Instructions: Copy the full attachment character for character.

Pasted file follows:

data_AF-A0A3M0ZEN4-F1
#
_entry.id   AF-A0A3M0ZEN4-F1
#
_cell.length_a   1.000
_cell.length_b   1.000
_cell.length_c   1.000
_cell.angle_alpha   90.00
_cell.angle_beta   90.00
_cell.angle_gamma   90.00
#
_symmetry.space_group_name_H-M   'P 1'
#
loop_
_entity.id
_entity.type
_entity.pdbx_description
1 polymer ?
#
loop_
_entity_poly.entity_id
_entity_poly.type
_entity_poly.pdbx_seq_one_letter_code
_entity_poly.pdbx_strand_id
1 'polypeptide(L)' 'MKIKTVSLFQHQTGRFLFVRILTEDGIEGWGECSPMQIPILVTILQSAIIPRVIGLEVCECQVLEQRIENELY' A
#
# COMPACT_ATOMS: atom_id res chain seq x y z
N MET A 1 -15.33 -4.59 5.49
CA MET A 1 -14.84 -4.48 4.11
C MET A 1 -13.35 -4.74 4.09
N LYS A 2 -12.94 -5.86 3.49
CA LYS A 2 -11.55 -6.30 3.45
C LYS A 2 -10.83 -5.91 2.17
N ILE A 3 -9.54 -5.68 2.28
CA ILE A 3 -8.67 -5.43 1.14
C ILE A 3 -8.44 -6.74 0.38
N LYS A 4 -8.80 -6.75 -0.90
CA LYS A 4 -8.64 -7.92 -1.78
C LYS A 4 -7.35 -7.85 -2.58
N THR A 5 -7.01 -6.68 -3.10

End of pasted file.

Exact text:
data_AF-A0A3M0ZEN4-F1
#
_entry.id   AF-A0A3M0ZEN4-F1
#
_cell.length_a   1.000
_cell.length_b   1.000
_cell.length_c   1.000
_cell.angle_alpha   90.00
_cell.angle_beta   90.00
_cell.angle_gamma   90.00
#
_symmetry.space_group_name_H-M   'P 1'
#
loop_
_entity.id
_entity.type
_entity.pdbx_description
1 polymer ?
#
loop_
_entity_poly.entity_id
_entity_poly.type
_entity_poly.pdbx_seq_one_letter_code
_entity_poly.pdbx_strand_id
1 'polypeptide(L)' 'MKIKTVSLFQHQTGRFLFVRILTEDGIEGWGECSPMQIPILVTILQSAIIPRVIGLEVCECQVLEQRIENELY' A
#
# COMPACT_ATOMS: atom_id res chain seq x y z
N MET A 1 -15.33 -4.59 5.49
CA MET A 1 -14.84 -4.48 4.11
C MET A 1 -13.35 -4.74 4.09
N LYS A 2 -12.94 -5.86 3.49
CA LYS A 2 -11.55 -6.30 3.45
C LYS A 2 -10.83 -5.91 2.17
N ILE A 3 -9.54 -5.68 2.28
CA ILE A 3 -8.67 -5.43 1.14
C ILE A 3 -8.44 -6.74 0.38
N LYS A 4 -8.80 -6.75 -0.90
CA LYS A 4 -8.64 -7.92 -1.78
C LYS A 4 -7.35 -7.85 -2.58
N THR A 5 -7.01 -6.68 -3.10